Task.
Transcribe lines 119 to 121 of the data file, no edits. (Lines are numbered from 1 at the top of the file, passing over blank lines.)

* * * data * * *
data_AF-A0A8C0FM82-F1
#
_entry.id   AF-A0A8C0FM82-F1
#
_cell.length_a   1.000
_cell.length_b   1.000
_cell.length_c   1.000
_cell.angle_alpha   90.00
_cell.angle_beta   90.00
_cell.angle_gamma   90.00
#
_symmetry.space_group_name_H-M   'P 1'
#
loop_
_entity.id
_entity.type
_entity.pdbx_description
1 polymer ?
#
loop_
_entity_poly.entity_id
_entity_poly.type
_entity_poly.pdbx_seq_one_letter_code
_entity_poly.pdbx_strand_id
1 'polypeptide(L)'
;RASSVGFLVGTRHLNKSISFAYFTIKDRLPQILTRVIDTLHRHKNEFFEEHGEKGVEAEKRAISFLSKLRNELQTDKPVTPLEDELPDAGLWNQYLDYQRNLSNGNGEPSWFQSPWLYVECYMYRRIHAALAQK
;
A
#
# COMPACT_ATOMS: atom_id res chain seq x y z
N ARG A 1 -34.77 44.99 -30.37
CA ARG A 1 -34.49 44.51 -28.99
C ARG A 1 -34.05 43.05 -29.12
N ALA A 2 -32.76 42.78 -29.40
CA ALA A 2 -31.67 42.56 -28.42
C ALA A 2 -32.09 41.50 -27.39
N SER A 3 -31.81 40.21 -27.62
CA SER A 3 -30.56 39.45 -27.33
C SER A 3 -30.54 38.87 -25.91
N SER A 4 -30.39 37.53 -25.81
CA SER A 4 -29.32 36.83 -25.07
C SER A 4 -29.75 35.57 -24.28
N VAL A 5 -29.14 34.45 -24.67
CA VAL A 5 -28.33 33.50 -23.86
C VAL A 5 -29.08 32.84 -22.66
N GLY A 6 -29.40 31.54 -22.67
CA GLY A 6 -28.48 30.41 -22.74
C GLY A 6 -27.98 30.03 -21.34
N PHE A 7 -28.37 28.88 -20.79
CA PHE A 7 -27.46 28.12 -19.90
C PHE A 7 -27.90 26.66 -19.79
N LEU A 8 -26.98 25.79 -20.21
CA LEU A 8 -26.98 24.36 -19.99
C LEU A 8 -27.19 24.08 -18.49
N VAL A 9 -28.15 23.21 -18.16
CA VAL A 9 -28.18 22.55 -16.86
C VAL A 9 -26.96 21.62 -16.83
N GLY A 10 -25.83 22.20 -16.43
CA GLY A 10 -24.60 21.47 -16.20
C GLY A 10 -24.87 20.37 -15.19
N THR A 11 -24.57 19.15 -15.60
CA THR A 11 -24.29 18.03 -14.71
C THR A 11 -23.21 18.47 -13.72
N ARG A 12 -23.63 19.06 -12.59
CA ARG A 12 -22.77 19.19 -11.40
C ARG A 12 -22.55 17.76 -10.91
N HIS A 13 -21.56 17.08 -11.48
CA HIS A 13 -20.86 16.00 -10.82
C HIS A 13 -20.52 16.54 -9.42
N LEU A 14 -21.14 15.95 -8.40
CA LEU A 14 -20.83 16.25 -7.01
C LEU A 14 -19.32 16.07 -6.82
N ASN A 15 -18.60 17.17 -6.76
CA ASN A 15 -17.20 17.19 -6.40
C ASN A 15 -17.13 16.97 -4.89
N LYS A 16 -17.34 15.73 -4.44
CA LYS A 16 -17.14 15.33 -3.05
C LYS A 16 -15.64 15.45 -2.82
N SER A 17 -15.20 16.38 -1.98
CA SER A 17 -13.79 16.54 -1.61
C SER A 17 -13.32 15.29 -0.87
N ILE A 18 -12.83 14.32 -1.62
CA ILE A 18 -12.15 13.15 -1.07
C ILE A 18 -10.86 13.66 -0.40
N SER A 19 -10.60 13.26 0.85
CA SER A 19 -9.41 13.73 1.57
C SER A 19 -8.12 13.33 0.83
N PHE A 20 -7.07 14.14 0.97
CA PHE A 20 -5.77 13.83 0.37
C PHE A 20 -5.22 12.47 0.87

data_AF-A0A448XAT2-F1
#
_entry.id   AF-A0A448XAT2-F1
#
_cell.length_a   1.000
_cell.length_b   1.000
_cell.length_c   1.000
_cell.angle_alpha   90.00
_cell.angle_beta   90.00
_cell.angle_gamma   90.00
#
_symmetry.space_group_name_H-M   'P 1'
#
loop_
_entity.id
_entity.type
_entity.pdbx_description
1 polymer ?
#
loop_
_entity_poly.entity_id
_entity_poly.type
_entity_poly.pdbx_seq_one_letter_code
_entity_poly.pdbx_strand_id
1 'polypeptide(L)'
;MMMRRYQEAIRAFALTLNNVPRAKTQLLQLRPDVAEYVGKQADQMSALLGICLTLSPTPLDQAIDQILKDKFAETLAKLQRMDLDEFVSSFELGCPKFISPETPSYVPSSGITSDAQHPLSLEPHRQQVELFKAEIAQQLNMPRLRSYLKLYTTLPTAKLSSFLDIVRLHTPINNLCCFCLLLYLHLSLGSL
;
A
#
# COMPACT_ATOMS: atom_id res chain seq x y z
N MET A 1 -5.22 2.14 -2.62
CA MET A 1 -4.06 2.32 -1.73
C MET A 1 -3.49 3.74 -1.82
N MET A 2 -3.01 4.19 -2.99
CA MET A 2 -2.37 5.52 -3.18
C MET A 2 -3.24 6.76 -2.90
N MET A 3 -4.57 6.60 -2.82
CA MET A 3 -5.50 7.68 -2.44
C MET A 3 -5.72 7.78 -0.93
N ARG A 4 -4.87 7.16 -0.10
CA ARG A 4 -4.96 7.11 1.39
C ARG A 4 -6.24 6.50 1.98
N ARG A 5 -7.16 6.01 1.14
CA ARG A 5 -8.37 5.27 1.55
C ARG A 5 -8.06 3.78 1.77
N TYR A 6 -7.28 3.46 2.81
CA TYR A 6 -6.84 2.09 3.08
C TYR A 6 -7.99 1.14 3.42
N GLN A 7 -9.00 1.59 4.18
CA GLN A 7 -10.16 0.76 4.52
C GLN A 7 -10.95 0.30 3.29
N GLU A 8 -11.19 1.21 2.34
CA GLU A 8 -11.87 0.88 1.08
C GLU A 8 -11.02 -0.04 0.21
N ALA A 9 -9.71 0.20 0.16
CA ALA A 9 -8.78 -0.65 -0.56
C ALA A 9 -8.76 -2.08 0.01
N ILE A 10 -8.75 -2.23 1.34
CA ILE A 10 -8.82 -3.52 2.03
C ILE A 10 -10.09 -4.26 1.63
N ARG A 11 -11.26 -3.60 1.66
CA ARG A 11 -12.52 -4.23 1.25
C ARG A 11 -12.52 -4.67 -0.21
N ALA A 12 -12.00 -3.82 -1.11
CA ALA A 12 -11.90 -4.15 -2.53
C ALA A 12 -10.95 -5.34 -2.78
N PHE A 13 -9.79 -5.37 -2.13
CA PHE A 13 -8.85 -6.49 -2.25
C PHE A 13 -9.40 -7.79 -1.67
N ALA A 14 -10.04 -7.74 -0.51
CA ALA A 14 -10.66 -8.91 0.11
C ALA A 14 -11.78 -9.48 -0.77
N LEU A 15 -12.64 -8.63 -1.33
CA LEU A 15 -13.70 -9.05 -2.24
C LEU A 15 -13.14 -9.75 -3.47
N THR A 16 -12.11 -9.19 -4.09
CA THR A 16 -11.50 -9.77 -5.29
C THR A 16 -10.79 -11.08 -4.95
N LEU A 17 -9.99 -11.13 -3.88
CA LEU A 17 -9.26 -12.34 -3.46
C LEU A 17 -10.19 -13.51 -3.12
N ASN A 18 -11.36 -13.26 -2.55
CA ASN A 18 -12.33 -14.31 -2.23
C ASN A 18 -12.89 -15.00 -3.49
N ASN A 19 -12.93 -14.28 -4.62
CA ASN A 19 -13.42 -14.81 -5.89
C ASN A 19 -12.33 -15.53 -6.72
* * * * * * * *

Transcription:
#
# COMPACT_ATOMS: atom_id res chain seq x y z
N MET A 1 -5.22 2.14 -2.62